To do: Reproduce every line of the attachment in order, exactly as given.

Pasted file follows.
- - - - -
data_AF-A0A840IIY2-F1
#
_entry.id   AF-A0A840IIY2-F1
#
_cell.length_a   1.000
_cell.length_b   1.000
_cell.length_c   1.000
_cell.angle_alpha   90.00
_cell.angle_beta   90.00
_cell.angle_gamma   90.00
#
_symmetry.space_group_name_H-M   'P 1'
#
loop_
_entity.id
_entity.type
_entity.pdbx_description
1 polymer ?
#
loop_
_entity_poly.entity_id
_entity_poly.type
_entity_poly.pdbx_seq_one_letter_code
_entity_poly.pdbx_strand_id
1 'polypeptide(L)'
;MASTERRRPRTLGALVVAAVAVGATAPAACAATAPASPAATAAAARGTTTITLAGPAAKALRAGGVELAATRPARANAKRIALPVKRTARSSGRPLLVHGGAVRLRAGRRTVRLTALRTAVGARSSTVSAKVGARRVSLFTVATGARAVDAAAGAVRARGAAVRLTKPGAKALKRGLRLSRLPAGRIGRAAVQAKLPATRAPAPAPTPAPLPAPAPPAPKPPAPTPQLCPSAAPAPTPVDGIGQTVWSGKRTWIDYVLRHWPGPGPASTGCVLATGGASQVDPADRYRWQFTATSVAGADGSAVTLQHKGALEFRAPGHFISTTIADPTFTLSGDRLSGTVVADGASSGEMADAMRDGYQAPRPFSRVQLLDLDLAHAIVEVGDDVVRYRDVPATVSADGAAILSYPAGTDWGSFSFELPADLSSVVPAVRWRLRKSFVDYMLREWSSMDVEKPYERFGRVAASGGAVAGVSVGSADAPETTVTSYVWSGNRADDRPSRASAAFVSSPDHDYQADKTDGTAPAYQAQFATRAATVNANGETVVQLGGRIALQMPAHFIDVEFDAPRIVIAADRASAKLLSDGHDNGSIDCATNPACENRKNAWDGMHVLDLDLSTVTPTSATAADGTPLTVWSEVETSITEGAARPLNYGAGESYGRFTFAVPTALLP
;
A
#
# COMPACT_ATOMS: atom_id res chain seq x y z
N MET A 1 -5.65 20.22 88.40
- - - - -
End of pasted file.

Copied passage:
data_AF-A0A840IIY2-F1
#
_entry.id   AF-A0A840IIY2-F1
#
_cell.length_a   1.000
_cell.length_b   1.000
_cell.length_c   1.000
_cell.angle_alpha   90.00
_cell.angle_beta   90.00
_cell.angle_gamma   90.00
#
_symmetry.space_group_name_H-M   'P 1'
#
loop_
_entity.id
_entity.type
_entity.pdbx_description
1 polymer ?
#
loop_
_entity_poly.entity_id
_entity_poly.type
_entity_poly.pdbx_seq_one_letter_code
_entity_poly.pdbx_strand_id
1 'polypeptide(L)'
;MASTERRRPRTLGALVVAAVAVGATAPAACAATAPASPAATAAAARGTTTITLAGPAAKALRAGGVELAATRPARANAKRIALPVKRTARSSGRPLLVHGGAVRLRAGRRTVRLTALRTAVGARSSTVSAKVGARRVSLFTVATGARAVDAAAGAVRARGAAVRLTKPGAKALKRGLRLSRLPAGRIGRAAVQAKLPATRAPAPAPTPAPLPAPAPPAPKPPAPTPQLCPSAAPAPTPVDGIGQTVWSGKRTWIDYVLRHWPGPGPASTGCVLATGGASQVDPADRYRWQFTATSVAGADGSAVTLQHKGALEFRAPGHFISTTIADPTFTLSGDRLSGTVVADGASSGEMADAMRDGYQAPRPFSRVQLLDLDLAHAIVEVGDDVVRYRDVPATVSADGAAILSYPAGTDWGSFSFELPADLSSVVPAVRWRLRKSFVDYMLREWSSMDVEKPYERFGRVAASGGAVAGVSVGSADAPETTVTSYVWSGNRADDRPSRASAAFVSSPDHDYQADKTDGTAPAYQAQFATRAATVNANGETVVQLGGRIALQMPAHFIDVEFDAPRIVIAADRASAKLLSDGHDNGSIDCATNPACENRKNAWDGMHVLDLDLSTVTPTSATAADGTPLTVWSEVETSITEGAARPLNYGAGESYGRFTFAVPTALLP
;
A
#
# COMPACT_ATOMS: atom_id res chain seq x y z
N MET A 1 -5.65 20.22 88.40